These recruiters know the company culture, including what makes the hiring manager tick.
Applicants who have a range of ideas about what they would like to be doing or where they want to work should look for agency-based recruiters or independent recruiters, as both can help narrow the search.
Agency-based recruiters, such as Carlton, often work with companies that want to be presented with lots of candidates. They also help fill temporary jobs, which can be a great way for a job seeker to test a particular position, company, or industry before making a commitment.
But agency-based and independent recruiters have a bevy of tools to help job seekers identify what they want. For example, Carlton uses a range of personality profiling methods in order to aid applicants, including tests such as Myers-Briggs, Omni Profile, and Kathy Kolbe's method of measuring how people like to apply themselves.
With so many companies looking to hire, recruiting itself has become a viable but somewhat nebulous career choice. There's a particularly high demand for recruiters in the Bay Area, thanks to lower unemployment rates. But how does someone become a recruiter?
It's certainly not an obvious path. Carlton says the best way is to get hired by one of the big national firms, receive some structured training from them, then go out on your own or join a smaller firm when the process becomes intuitive. "The great thing about being a recruiter is that you can do it anywhere," she says.
A wide range of backgrounds can lead to a lucrative career in recruiting. The important thing is getting the skills you need for the job. For example, Morris learned about generating leads and closing deals while working in sales at an Atlanta tech firm. Badertscher learned to be detail-oriented from her previous career in event planning. And Carlton first expressed her interest in talking to people about their careers as a high school guidance counselor an interest she later supplemented with an MBA from UC Berkeley's Haas School of Business.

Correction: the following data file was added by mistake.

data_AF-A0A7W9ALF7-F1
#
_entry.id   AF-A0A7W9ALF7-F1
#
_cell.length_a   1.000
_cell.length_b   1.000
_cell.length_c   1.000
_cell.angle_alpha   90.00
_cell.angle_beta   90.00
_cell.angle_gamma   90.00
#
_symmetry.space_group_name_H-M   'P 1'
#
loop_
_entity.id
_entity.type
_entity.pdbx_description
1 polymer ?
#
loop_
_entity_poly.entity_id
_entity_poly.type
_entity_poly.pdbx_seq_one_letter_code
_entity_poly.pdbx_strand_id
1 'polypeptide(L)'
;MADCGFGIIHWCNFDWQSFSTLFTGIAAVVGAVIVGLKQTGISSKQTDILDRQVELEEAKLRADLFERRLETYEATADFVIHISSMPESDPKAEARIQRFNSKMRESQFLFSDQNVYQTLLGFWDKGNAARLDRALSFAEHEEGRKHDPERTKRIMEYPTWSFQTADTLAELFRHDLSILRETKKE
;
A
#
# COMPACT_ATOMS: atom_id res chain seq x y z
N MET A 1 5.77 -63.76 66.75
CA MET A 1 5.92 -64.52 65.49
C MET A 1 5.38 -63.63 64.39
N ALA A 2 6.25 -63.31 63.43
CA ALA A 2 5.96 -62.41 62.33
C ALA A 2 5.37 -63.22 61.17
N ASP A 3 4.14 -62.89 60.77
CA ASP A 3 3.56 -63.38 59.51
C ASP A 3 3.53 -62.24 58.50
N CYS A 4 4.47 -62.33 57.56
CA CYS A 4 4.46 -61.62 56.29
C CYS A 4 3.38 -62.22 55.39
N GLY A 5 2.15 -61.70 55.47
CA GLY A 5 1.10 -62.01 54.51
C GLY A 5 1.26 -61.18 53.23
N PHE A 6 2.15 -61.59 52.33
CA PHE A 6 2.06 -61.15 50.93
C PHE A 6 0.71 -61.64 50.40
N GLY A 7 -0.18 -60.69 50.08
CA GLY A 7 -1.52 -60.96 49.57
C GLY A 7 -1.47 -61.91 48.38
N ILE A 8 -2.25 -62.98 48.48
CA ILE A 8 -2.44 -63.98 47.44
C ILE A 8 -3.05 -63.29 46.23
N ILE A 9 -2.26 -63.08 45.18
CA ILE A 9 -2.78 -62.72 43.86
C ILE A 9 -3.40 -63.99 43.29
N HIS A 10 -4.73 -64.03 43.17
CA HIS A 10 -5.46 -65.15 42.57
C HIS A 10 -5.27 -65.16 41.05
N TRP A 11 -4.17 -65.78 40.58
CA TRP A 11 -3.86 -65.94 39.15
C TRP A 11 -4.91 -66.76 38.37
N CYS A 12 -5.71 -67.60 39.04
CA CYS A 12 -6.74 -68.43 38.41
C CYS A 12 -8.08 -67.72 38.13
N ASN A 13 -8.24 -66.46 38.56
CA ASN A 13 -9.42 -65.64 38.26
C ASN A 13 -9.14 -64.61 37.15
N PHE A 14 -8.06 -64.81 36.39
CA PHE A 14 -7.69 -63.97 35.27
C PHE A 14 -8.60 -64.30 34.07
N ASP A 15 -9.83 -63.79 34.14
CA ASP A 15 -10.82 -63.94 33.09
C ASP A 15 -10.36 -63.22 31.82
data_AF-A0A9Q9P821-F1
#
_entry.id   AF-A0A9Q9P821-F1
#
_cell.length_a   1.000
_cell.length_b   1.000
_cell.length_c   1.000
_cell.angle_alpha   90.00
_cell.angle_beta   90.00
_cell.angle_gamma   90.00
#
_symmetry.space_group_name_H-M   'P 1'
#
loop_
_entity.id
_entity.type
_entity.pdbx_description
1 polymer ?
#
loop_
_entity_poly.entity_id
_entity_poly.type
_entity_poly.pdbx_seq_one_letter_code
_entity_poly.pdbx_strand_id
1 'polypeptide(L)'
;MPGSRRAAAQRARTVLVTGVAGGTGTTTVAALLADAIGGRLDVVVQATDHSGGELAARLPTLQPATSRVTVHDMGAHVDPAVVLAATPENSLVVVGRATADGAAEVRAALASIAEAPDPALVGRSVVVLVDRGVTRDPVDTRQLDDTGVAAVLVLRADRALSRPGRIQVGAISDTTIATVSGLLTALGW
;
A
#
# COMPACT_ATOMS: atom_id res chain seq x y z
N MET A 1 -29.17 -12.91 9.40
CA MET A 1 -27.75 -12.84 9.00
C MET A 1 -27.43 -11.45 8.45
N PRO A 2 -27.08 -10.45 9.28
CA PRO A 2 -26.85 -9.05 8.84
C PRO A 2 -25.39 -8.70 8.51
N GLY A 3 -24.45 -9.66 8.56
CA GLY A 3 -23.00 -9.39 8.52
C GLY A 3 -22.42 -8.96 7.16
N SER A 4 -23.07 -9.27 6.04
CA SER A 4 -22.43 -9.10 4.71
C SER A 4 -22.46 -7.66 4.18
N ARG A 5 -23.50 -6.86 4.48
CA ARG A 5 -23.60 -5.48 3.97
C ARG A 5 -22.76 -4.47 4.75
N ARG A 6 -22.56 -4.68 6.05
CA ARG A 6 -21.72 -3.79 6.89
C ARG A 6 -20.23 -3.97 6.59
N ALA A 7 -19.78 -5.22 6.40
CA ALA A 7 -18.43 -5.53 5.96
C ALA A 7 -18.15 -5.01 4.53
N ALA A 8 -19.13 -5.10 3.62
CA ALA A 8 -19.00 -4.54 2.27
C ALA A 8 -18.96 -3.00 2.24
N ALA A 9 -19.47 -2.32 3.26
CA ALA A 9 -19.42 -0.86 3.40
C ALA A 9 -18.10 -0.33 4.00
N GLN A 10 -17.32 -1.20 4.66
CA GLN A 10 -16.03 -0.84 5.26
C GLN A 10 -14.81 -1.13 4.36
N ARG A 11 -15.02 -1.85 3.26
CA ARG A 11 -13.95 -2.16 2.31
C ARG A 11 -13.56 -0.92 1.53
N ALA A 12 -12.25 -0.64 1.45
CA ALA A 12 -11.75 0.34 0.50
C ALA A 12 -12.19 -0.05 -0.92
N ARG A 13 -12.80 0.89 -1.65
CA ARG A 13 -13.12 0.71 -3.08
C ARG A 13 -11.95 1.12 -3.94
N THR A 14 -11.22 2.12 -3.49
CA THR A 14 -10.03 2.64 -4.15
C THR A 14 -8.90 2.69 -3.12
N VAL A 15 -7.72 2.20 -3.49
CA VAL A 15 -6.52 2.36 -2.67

"Recruiting is really a social science the field can be lucrative, but it's tough to succeed if money is your main motivation," Carlton says. "I love it when I can help someone find their dream job and help a client find the perfect person. That's what it's all about." *
300 Frank H. Ogawa Plaza, suite 210, Oakl.
500 Treat, suite 200, SF
KOLBE A INDEX TEST
Most Commented On
- I take that as a sign that the NIMBY losers know they have lost - March 7, 2014
- Yes, Cw, only sycophantic adoration of SFBG is allowed here. - March 7, 2014
- *Say something, I'm giving up on you.* - March 7, 2014
- The reason Steven wants to go after AirBnB and not hosts is - March 7, 2014
- If A correlates to B and B corrrelates to C then the chances are - March 7, 2014
- This is one of the few issues where I agree with the SFBG - March 7, 2014
- tenants - March 7, 2014
- Wait a sec. I thought that - March 7, 2014
- No, the great myth is that the rich hate the poor. It's not true - March 7, 2014
- Those who support - March 7, 2014